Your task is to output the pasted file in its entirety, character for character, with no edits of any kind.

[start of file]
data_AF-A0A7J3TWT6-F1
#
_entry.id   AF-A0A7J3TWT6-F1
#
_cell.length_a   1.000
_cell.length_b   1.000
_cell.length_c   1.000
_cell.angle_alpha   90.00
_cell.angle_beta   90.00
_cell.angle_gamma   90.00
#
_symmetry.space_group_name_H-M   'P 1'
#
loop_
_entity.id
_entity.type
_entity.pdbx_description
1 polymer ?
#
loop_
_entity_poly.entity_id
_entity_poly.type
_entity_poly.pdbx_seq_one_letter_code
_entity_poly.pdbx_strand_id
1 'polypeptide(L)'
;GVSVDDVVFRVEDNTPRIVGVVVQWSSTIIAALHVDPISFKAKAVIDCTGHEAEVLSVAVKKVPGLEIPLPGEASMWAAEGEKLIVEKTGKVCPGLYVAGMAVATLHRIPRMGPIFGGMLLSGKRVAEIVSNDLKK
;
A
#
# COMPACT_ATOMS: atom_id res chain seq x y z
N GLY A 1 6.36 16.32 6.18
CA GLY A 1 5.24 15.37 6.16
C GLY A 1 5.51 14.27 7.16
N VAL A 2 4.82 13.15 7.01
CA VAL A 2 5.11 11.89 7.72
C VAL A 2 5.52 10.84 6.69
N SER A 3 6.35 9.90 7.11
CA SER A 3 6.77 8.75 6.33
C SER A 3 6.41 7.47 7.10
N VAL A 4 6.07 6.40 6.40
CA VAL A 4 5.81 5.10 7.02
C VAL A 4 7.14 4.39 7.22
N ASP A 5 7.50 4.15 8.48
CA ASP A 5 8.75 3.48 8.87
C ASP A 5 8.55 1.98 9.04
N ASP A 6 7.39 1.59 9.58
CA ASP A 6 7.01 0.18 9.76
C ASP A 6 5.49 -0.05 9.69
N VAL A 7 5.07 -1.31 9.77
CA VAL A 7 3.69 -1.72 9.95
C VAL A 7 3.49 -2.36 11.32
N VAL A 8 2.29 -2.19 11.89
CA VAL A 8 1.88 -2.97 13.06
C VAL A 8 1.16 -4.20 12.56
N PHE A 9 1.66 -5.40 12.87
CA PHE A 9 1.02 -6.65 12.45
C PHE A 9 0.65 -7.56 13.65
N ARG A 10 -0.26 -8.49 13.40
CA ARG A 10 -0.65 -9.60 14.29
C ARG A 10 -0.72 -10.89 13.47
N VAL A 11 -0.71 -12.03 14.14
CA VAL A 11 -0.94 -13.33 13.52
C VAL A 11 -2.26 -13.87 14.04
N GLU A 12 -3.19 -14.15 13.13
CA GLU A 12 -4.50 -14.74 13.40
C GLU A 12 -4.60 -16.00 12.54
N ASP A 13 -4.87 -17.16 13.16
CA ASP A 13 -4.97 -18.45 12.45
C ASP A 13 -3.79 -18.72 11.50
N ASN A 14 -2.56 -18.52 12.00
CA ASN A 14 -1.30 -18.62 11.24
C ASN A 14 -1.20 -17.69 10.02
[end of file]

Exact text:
data_AF-A0A7J3TWT6-F1
#
_entry.id   AF-A0A7J3TWT6-F1
#
_cell.length_a   1.000
_cell.length_b   1.000
_cell.length_c   1.000
_cell.angle_alpha   90.00
_cell.angle_beta   90.00
_cell.angle_gamma   90.00
#
_symmetry.space_group_name_H-M   'P 1'
#
loop_
_entity.id
_entity.type
_entity.pdbx_description
1 polymer ?
#
loop_
_entity_poly.entity_id
_entity_poly.type
_entity_poly.pdbx_seq_one_letter_code
_entity_poly.pdbx_strand_id
1 'polypeptide(L)'
;GVSVDDVVFRVEDNTPRIVGVVVQWSSTIIAALHVDPISFKAKAVIDCTGHEAEVLSVAVKKVPGLEIPLPGEASMWAAEGEKLIVEKTGKVCPGLYVAGMAVATLHRIPRMGPIFGGMLLSGKRVAEIVSNDLKK
;
A
#
# COMPACT_ATOMS: atom_id res chain seq x y z
N GLY A 1 6.36 16.32 6.18
CA GLY A 1 5.24 15.37 6.16
C GLY A 1 5.51 14.27 7.16
N VAL A 2 4.82 13.15 7.01
CA VAL A 2 5.11 11.89 7.72
C VAL A 2 5.52 10.84 6.69
N SER A 3 6.35 9.90 7.11
CA SER A 3 6.77 8.75 6.33
C SER A 3 6.41 7.47 7.10
N VAL A 4 6.07 6.40 6.40
CA VAL A 4 5.81 5.10 7.02
C VAL A 4 7.14 4.39 7.22
N ASP A 5 7.50 4.15 8.48
CA ASP A 5 8.75 3.48 8.87
C ASP A 5 8.55 1.98 9.04
N ASP A 6 7.39 1.59 9.58
CA ASP A 6 7.01 0.18 9.76
C ASP A 6 5.49 -0.05 9.69
N VAL A 7 5.07 -1.31 9.77
CA VAL A 7 3.69 -1.72 9.95
C VAL A 7 3.49 -2.36 11.32
N VAL A 8 2.29 -2.19 11.89
CA VAL A 8 1.88 -2.97 13.06
C VAL A 8 1.16 -4.20 12.56
N PHE A 9 1.66 -5.40 12.87
CA PHE A 9 1.02 -6.65 12.45
C PHE A 9 0.65 -7.56 13.65
N ARG A 10 -0.26 -8.49 13.40
CA ARG A 10 -0.65 -9.60 14.29
C ARG A 10 -0.72 -10.89 13.47
N VAL A 11 -0.71 -12.03 14.14
CA VAL A 11 -0.94 -13.33 13.52
C VAL A 11 -2.26 -13.87 14.04
N GLU A 12 -3.19 -14.15 13.13
CA GLU A 12 -4.50 -14.74 13.40
C GLU A 12 -4.60 -16.00 12.54
N ASP A 13 -4.87 -17.16 13.16
CA ASP A 13 -4.97 -18.45 12.45
C ASP A 13 -3.79 -18.72 11.50
N ASN A 14 -2.56 -18.52 12.00
CA ASN A 14 -1.30 -18.62 11.24
C ASN A 14 -1.20 -17.69 10.02